# Atbash Cipher Algorithm

The Atbash Cipher is a monoalphabetic substitution cipher that was originally used for the Hebrew alphabet. It is one of the earliest known subtitution ciphers to have been used. As opposed to a Caesar Cipher, the Atbash cipher does not need a key. It is hence easier to break!

The Atbash Cipher maps each letter of an alphabet it to its reverse, so that the first letter (e.g. A) becomes the last letter (e.g. Z), the second letter (B) becomes the second to last letter (Y), and so on.

Using the Latin Alphabet

 Plain Cipher A B C D E F G H I J K L M N O P Q R S T U V W X Y Z Z Y X W V U T S R Q P O N M L K J I H G F E D C B A

Using the Hebrew Alphabet

   Plain   Cipher Aleph Bet Gimel Daleth Heh Vav Zayin Het Tet Yodh Kaph Lamed Mem Nun Samech Ayin Peh Tzady Koof Reish Shin Taw א ב ג ד ה ו ז ח ט י כ ל מ נ ס ע פ צ ק ר ש ת Taw Shin Reish Koof Tzady Peh Ayin Samech Nun Mem Lamed Kaph Yodh Tet Het Zayin Vav Heh Daleth Gimel Bet Aleph ת ש ר ק צ פ ע ס נ מ ל כ י ט ח ז ו ה ד ג ב א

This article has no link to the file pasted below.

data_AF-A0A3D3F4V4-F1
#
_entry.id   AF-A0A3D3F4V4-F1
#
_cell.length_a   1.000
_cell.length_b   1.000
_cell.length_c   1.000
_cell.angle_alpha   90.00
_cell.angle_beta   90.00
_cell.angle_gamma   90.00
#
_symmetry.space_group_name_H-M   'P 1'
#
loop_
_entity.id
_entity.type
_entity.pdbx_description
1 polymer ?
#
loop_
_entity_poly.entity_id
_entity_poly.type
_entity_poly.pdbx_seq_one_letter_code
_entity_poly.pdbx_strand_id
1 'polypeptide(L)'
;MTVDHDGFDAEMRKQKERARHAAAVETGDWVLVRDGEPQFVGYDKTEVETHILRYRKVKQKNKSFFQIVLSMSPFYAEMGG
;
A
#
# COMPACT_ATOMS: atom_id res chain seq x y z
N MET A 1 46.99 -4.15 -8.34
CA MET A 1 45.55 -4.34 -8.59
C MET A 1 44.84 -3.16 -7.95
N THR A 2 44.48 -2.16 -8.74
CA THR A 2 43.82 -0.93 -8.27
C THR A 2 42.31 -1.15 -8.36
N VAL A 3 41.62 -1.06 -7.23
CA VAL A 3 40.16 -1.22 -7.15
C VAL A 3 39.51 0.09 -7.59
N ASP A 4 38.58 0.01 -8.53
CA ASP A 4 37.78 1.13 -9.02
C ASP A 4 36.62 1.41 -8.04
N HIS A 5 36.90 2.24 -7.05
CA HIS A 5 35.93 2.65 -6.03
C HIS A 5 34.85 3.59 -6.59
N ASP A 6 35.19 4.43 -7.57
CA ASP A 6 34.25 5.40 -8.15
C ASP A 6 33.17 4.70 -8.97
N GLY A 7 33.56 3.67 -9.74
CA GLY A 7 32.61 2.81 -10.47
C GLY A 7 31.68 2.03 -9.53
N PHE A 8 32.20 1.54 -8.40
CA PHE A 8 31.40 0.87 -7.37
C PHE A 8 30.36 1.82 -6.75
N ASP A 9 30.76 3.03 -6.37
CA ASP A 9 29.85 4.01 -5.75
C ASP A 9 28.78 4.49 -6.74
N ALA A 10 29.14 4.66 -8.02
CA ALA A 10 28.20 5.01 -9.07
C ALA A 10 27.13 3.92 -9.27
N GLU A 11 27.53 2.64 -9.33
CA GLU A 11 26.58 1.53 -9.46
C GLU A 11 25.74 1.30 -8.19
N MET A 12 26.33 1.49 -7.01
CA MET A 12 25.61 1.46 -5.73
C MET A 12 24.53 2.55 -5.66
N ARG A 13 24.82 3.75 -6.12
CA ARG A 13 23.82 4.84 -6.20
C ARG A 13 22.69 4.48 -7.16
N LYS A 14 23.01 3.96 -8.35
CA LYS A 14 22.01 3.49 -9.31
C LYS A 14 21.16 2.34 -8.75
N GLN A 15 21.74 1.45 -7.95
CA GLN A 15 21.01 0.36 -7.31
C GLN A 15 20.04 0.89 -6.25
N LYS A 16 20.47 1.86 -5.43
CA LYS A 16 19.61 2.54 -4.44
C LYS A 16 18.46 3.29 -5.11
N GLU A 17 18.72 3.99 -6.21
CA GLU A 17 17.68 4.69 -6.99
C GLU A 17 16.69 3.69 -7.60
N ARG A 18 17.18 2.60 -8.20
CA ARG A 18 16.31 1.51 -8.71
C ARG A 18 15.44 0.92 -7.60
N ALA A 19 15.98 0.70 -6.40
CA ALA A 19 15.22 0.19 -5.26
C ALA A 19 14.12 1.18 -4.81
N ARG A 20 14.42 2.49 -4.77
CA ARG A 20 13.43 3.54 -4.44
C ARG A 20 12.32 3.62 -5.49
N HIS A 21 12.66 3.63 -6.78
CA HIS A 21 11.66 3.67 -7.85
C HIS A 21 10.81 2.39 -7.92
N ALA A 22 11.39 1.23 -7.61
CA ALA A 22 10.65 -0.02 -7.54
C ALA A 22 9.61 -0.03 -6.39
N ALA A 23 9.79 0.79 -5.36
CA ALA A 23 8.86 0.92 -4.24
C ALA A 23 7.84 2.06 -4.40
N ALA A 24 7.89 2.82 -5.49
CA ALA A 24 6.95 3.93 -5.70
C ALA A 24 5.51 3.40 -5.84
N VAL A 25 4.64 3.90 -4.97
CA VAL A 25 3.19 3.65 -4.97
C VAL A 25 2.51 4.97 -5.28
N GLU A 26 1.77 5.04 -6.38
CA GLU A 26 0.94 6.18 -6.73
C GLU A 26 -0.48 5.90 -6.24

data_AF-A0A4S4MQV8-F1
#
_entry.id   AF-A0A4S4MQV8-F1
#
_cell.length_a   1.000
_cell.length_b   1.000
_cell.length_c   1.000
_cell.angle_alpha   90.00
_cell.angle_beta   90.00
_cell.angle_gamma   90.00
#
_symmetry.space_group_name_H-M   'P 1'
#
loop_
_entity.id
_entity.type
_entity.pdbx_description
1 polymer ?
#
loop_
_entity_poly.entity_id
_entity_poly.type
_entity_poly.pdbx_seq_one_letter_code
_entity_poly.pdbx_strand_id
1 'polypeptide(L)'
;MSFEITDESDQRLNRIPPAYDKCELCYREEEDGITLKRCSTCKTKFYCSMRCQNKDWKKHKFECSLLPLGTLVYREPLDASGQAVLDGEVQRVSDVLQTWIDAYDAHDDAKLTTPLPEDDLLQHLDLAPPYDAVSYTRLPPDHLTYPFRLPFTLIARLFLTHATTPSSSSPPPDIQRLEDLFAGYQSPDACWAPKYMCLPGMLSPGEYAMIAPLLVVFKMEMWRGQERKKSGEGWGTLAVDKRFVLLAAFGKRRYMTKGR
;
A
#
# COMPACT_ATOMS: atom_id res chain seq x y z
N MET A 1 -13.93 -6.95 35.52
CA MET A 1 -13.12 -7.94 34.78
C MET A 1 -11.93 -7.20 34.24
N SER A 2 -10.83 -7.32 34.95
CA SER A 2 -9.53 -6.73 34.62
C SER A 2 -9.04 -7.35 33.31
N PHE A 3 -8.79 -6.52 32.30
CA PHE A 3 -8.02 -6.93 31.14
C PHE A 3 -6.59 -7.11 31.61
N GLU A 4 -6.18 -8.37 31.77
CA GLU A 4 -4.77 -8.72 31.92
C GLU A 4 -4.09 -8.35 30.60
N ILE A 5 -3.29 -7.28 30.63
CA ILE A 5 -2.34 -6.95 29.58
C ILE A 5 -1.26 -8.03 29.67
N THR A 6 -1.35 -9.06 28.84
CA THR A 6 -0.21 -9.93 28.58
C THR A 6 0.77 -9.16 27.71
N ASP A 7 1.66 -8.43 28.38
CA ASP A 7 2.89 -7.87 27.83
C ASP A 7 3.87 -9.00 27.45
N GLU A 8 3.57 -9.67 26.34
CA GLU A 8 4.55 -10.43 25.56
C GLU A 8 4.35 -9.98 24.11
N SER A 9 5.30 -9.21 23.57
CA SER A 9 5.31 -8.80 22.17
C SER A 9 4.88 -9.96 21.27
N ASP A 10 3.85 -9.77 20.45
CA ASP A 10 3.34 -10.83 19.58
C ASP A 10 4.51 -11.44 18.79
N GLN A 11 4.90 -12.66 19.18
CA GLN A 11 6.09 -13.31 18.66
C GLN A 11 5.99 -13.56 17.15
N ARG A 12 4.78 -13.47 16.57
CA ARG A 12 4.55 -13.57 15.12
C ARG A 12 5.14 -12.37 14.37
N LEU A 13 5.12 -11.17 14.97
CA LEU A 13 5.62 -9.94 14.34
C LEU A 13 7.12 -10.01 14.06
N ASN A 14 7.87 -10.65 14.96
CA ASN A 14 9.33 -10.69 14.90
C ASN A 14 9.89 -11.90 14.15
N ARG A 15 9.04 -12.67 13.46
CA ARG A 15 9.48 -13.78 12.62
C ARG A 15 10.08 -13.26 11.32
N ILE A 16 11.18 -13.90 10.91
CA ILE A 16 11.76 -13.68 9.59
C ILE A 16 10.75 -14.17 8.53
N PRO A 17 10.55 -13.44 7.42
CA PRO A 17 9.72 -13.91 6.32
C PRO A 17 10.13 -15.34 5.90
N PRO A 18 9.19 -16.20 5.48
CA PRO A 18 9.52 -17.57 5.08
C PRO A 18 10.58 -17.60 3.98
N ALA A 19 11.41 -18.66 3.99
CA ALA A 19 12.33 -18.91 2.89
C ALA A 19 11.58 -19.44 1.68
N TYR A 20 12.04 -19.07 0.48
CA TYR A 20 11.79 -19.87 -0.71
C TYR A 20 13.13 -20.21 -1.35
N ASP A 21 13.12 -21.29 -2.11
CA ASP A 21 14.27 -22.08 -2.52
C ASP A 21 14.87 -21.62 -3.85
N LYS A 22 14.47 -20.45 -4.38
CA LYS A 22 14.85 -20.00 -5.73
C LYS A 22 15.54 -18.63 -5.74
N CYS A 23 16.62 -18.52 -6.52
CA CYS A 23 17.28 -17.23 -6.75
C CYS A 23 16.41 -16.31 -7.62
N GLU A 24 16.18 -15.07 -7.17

#### Encryption/Decryption Algorithm

Note that the same algorithm can be used to encrypt a plaintext into a ciphertext or to decrypt a ciphertext into a plaintext.

The flowchart below is used to encrypt or decrypt text using the Atbash Cipher. To fully understand this algorithm, you will need to understand how ASCII code works. The algorithm above is using the ASCII codes for the uppercase alphabet from letter A (ASCII 65) to letter Z (ASCII 90).

Video TutorialFlowchart

We can then use this function in a program used to retrieve the plaintext to encrypt (or ciphertext to decrypt) from the end user:

#### Solution...

The solution for this challenge is available to full members!
Find out how to become a member:

Did you like this challenge?

Click on a star to rate it!

Average rating 4 / 5. Vote count: 28

No votes so far! Be the first to rate this post.

As you found this challenge interesting...